If all goes according to plan, makers of Four Loko, Joose, and others will soon be getting a letter from the Federal Trade Commission notifying them that they are in violation of federal law. Following several statewide bans of Four Loko, the Food and Drug Administration is preparing to ban caffeinated alcoholic drinks (or are they alcoholic energy drinks?) nationwide as soon as this week.
The announcement was made by Representative Charles Schumer (D-NY), who has lobbied for the banning of the drinks, and is the result of a one-year investigation into whether caffeine was a safe addition to alcoholic beverages. I could have saved you the time, guys: it isn’t. But when has that stopped anyone before?
On top of the students in Central Washington and New Jersey that we told you about a couple weeks ago, Four Loko is now being tied to the deaths of two Florida teenagers. One of them mixed it with diet pills (probably containing more speed), and the other died of an acute combination of alcoholic poisoning, caffeine psychosis, and a self-inflicted fatal gunshot wound.
“This ruling should be the nail in the coffin of these dangerous and toxic drinks,” Mr. Schumer said. “Parents should be able to rest a little easier.”
So what if Four Loko is dangerous? So are cars, swimming pools and the KFC Double Down. Is the problem here really that there’s a stupidly potent product on the convenience store shelves with bright labels that attract younger drinkers? Or is the problem that young drinkers are stupid with them? If we’re going to point the finger, there’s a lot to go around.
Why aren’t we pointing the finger at the liquor control system for failing in their quest to keep alcohol out of the hands of minors, but succeeds at getting in the way at so many other things?
Why aren’t we mad that no one has ever explained to these kids what generations of recreational drug users have known: don’t mix uppers and downers?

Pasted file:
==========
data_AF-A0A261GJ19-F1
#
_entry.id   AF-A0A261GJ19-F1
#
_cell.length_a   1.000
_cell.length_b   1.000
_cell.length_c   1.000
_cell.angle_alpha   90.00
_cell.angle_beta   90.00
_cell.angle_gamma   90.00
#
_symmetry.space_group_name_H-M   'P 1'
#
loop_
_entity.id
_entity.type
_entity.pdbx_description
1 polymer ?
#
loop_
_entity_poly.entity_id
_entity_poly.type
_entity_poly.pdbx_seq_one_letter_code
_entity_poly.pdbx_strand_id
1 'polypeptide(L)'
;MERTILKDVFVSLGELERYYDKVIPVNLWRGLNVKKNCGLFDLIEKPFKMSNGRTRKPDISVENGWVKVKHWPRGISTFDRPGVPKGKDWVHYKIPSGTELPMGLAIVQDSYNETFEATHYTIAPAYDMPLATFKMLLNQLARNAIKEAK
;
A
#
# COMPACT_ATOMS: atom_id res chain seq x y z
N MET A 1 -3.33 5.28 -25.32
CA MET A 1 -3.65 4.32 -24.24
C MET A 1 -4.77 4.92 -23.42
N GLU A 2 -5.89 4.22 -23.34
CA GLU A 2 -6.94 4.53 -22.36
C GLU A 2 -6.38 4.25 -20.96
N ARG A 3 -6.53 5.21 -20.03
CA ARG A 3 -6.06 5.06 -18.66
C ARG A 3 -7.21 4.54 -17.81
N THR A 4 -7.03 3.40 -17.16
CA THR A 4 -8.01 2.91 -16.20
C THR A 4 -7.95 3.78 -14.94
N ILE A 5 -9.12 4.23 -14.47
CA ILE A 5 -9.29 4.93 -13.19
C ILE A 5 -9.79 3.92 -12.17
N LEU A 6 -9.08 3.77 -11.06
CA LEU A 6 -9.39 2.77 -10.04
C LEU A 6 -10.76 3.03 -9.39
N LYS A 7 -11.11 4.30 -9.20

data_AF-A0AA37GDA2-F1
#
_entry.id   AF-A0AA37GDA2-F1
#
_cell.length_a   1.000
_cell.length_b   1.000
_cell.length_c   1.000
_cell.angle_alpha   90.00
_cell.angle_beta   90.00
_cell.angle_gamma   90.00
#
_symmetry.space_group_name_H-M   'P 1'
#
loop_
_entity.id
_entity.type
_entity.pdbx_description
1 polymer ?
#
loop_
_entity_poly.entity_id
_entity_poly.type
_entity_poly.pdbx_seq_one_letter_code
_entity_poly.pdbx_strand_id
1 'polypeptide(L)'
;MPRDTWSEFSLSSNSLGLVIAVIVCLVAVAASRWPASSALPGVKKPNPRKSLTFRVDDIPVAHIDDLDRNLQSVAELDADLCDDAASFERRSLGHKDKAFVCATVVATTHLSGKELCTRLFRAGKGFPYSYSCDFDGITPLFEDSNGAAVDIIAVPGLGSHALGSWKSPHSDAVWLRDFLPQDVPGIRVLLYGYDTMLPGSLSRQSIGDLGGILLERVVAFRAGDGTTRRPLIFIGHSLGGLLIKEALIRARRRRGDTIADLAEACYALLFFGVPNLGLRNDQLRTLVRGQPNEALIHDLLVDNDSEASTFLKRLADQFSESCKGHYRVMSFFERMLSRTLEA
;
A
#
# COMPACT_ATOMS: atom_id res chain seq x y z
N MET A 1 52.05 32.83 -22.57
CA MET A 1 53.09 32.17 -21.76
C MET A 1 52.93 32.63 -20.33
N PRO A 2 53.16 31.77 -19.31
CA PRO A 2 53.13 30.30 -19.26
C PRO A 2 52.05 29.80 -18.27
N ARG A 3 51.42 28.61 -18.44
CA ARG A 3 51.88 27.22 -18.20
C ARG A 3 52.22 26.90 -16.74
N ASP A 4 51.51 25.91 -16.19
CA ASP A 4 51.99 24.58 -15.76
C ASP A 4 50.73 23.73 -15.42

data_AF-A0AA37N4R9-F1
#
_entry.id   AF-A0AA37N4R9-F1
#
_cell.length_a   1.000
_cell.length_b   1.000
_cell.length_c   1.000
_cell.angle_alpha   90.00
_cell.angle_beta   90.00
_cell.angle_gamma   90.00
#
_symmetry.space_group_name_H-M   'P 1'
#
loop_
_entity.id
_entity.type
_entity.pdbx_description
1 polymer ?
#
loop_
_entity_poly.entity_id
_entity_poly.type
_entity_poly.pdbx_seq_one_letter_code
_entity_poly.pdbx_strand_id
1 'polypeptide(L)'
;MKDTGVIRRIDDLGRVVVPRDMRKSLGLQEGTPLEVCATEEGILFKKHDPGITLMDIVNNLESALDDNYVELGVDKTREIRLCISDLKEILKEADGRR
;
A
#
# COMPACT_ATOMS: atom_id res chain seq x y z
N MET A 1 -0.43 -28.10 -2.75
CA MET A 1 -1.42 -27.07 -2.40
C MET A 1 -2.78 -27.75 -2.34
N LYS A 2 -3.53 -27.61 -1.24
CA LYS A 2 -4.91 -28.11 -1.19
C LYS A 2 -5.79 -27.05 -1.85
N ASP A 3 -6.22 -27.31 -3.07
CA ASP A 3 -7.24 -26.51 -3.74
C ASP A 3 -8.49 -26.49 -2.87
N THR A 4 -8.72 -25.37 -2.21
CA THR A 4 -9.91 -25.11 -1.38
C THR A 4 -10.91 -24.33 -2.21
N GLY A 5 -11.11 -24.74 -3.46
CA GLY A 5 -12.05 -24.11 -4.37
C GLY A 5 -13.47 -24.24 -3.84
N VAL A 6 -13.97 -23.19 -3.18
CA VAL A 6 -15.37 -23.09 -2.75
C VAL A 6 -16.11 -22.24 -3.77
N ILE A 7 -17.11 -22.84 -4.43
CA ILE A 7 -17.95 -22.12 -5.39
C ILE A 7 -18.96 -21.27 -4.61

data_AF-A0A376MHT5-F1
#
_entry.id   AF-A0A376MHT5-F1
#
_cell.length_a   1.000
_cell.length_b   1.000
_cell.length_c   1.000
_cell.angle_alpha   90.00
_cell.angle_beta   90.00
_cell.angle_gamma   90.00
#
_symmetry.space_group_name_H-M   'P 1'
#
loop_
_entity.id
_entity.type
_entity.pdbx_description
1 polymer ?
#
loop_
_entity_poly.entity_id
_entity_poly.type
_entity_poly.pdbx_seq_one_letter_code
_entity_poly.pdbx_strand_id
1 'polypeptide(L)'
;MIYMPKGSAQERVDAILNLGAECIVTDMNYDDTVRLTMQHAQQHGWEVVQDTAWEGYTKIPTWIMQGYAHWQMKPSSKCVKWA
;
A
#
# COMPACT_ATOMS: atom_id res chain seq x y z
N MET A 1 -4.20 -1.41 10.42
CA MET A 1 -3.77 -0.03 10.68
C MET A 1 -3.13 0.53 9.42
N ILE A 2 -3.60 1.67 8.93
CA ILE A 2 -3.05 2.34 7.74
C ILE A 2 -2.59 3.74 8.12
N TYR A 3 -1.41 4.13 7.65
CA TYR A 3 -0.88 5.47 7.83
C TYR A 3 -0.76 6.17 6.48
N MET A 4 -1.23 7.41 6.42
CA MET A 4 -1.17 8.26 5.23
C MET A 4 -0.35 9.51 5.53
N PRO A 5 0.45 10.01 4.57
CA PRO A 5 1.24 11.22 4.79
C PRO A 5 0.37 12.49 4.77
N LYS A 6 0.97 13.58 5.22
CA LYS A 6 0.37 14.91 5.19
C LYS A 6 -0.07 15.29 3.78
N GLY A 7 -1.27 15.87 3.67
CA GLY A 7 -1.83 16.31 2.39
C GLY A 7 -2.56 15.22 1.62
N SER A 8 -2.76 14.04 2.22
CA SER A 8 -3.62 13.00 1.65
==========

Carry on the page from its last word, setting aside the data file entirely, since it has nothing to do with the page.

Why aren’t we angry at the parents who can’t pull their own heads out of the vodka tonic long enough to teach their kids that just because something is legal doesn’t mean we can’t do really, really stupid things with it?
Maybe it’s easier to shake our fist at the government for not protecting us from these products than it is accept that we knowingly engage in risky behavior with full knowledge that it is. It also means that we have to hold ourselves personally accountable the stupid stuff we do. Drink too much? That’s your right, and it’s also nobodies fault but your own. It means that just because we’re allowed to do something doesn’t mean it’s a good idea, even if we end up doing it anyway.
And that’s why banning it isn’t going to solve the problem. Just taking away the product isn’t going to change the fact that a new generation of drinkers has learned that mixing speed with their booze is a whole lot of fun (until you end up in the hospital). It’s a Pandora’s box scenario. Before it was Four Loko, it was homemade legal speedballs like vodka and Red Bull and Irish coffee. We Americans are nothing if not resourceful, and we’ll find a new, better way to get ourselves puking blacked-out drunk.
That said, let’s make one thing clear: Four Loko is disgusting. It has all the flavor of codeine cough syrup with the stomach-churning effects of a shot of ipecac, and it turns people into especially irritating drunks. But banning it isn’t getting to the root of the problem; it’s a token political maneuver for politicians who want to appeal to their constituents and don’t want to deal directly with complex causes deeply rooted in our society. If Congress really wants to make some headway and look at these, I wish they’d go ahead and do it already so that we don’t have to keep defending this vile stuff.